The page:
The Spectacle of an Expanded Europe The Eurovision song contest as a scene of nation branding, cultural frictions and European unity
Department of Cross-cultural and Regional Studies, University of Copenhagen, 28 April 2017
The inclusion of the countries of Central and Eastern Europe in the Eurovision song contest after the fall of the Berlin Wall has turned the event into a festival and meeting point for all of Europe. Simultaneously, the range of musical styles has expanded from the original European schlager to include a plurality of dance pop, soft heavy metal and often ethnical music traditions from the countries represented. The performances on stage are increasingly grandiose and diverse, and they often draw heavily on national symbolism and various subcultural identifications.
Though the Eurovision is declared non-political, it is more than ever a scene of manifest identity politics. As such, the music competition puts many of Europe’s political and cultural divisions on display – in the colourful and ambiguous spotlight of current European pop-culture. While the song contest itself displays an idea of European unity, and the patterns of voting for neighbours and ‘buddie’ states point to various cultural affinities within the continent, the Eurovision is also a stage where Europe’s many national, minority, gender, sexual and other identities are performed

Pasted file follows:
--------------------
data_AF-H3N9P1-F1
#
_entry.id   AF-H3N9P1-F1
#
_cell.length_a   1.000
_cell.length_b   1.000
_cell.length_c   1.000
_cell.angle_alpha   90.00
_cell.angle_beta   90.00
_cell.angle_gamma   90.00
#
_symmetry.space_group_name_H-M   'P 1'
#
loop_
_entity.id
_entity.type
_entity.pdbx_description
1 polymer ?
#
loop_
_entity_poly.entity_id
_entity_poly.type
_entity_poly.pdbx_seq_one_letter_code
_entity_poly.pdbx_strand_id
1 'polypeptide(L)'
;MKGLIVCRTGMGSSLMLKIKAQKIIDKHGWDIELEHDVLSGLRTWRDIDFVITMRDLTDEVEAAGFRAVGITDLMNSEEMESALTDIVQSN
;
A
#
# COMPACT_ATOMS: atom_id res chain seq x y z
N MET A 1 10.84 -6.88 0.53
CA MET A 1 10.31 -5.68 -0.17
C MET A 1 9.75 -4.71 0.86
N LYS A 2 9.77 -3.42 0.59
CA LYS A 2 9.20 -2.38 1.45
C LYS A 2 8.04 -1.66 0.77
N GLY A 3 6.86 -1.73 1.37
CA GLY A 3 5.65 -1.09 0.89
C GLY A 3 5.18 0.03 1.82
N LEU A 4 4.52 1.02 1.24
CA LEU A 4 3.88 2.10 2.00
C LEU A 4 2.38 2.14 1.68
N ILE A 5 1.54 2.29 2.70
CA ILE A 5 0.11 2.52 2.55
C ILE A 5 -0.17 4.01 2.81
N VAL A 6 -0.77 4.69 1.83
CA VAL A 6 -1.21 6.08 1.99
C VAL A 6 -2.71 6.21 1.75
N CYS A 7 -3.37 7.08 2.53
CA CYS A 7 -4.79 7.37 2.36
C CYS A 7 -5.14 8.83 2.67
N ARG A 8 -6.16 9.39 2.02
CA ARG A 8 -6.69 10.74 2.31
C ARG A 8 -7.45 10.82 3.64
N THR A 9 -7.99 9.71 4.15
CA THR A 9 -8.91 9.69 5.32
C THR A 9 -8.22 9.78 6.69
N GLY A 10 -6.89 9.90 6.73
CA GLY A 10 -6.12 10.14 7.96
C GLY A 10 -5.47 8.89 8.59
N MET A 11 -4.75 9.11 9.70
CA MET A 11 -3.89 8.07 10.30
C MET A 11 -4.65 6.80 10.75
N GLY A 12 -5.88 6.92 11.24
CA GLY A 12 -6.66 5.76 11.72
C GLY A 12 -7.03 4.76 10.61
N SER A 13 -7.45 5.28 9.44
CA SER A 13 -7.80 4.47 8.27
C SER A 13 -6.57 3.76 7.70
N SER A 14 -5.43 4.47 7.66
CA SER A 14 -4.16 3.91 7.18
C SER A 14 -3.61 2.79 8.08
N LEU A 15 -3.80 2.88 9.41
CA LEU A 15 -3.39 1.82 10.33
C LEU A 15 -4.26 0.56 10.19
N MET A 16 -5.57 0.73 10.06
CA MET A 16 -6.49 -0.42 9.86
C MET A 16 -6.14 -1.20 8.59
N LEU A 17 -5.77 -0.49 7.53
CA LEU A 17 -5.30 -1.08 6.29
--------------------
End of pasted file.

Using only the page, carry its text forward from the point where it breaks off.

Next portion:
This seminar aims to study the Eurovision as a stage for branding European, national and other identities, and as a pop-cultural battle field of identity politics between states, nations and various minorities. We focus on the vision of an expanded Europe and the influence that the inclusion of the countries of Central, Eastern and South-eastern Europe had had on the Eurovision spectacle.
We warmly welcome proposals for papers on the Eurovison and politics of identity and identity formation in post-1989 Europe. Both established scholars and students are encouraged to apply.
Please send a proposal including an abstract of no more than 250 words and a short cv to Tea Sindbæk Andersen (nxr333 [at] hum.ku.dk) before 1st of April
Catherine Baker (University of Hull)
Anna G. Piotrowska (Jagiellonian University of Krakow)
Lisanne Wilken (University of Aarhus)